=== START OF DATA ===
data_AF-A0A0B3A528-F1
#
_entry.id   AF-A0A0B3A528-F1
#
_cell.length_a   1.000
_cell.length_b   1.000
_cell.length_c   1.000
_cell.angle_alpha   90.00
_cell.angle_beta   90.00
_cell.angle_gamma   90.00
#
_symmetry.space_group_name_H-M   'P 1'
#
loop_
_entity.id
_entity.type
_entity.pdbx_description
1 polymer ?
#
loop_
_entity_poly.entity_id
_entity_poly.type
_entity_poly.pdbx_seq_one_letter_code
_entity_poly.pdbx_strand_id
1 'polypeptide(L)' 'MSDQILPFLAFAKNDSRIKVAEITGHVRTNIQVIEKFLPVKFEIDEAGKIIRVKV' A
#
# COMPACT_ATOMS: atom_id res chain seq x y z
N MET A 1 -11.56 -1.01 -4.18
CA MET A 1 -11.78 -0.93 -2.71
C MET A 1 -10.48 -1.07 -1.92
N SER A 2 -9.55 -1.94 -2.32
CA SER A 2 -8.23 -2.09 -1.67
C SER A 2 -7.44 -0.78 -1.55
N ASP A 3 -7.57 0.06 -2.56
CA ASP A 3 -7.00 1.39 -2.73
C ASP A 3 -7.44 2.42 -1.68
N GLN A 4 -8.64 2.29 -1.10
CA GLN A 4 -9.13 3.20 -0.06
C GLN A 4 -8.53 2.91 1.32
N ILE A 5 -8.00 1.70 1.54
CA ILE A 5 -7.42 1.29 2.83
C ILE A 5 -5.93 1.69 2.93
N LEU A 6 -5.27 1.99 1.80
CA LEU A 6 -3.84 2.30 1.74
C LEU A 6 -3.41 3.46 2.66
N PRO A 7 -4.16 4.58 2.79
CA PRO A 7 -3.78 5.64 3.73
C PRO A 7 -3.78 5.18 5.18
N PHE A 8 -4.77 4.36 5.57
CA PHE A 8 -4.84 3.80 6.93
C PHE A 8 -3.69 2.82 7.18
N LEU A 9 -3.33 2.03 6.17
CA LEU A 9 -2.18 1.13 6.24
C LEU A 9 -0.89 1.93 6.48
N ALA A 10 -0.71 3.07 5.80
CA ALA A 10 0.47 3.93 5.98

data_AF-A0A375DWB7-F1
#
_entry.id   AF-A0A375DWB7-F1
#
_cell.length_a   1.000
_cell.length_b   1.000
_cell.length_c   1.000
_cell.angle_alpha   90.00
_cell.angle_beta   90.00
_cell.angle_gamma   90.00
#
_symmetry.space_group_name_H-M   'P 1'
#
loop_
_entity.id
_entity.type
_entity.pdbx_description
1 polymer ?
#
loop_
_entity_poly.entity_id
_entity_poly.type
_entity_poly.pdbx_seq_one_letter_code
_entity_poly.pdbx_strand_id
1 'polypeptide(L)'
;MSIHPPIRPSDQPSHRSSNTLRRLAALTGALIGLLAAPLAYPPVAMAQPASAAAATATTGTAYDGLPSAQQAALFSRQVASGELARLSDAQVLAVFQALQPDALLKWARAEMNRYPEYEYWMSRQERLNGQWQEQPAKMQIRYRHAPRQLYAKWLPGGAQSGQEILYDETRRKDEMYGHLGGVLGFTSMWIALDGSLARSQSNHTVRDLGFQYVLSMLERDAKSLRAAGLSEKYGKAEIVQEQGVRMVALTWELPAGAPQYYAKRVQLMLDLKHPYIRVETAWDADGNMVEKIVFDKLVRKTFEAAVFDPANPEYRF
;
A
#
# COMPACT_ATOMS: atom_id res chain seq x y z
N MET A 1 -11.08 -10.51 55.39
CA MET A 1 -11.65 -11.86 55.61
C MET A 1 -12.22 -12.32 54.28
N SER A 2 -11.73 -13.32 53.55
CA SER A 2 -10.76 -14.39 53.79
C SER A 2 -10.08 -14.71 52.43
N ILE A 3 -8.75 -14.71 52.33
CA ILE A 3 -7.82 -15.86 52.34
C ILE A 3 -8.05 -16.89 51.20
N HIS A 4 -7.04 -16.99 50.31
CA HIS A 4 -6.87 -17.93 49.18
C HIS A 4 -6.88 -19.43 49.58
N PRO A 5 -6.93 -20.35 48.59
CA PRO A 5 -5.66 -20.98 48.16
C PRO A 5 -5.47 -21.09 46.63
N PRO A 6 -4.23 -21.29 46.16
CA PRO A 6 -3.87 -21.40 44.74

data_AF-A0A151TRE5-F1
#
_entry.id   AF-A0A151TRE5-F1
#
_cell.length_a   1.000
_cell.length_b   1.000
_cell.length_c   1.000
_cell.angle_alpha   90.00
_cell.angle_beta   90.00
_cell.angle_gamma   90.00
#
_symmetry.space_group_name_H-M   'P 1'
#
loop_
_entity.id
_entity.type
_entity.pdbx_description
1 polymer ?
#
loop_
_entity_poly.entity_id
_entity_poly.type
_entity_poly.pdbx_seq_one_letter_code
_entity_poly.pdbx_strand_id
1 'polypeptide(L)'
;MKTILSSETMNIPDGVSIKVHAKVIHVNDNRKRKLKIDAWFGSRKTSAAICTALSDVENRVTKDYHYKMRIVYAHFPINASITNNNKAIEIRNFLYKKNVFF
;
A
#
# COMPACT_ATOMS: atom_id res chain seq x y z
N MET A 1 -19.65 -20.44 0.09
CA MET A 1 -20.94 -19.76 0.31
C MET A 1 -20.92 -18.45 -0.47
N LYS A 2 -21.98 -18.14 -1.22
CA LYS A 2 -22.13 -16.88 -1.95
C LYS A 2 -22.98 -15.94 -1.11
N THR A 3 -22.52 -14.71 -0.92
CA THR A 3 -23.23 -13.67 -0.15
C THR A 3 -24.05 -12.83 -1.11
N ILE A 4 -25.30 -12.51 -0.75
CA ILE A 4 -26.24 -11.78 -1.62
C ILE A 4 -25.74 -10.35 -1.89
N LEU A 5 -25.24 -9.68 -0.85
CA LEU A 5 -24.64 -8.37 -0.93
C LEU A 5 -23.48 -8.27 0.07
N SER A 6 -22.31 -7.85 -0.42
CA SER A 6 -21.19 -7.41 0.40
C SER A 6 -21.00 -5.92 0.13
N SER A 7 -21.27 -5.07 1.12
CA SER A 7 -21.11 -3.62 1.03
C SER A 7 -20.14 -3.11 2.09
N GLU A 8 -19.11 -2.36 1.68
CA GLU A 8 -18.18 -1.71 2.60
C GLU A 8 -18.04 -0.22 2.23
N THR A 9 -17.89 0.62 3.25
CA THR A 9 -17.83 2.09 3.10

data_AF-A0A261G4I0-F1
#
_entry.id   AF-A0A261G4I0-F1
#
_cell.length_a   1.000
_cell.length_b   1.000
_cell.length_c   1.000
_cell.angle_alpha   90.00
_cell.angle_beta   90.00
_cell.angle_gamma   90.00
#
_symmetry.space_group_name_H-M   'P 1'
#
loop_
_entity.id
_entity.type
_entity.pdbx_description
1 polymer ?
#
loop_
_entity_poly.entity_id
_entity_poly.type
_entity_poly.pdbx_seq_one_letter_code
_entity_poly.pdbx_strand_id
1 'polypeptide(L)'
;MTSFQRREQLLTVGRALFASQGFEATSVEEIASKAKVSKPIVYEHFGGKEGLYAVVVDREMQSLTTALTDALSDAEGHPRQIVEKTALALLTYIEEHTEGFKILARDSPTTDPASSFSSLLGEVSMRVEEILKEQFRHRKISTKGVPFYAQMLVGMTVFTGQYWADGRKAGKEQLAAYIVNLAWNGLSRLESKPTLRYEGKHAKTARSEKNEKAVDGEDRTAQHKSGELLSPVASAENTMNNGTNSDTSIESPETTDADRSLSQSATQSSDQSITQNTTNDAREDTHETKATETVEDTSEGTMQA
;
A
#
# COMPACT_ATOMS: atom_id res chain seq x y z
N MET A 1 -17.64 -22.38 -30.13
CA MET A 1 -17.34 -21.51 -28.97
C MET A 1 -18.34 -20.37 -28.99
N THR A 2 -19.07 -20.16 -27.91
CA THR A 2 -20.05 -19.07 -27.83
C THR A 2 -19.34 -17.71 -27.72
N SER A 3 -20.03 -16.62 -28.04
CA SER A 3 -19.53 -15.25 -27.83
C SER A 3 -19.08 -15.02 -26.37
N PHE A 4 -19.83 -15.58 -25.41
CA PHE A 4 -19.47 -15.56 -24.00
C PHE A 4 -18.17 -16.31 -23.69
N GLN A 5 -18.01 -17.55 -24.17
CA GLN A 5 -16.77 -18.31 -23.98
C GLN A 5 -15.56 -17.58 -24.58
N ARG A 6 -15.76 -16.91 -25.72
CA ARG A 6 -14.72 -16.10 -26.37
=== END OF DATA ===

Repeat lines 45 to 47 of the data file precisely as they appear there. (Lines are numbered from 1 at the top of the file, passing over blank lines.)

C LEU A 6 -3.41 3.46 2.66
N PRO A 7 -4.16 4.58 2.79
CA PRO A 7 -3.78 5.64 3.73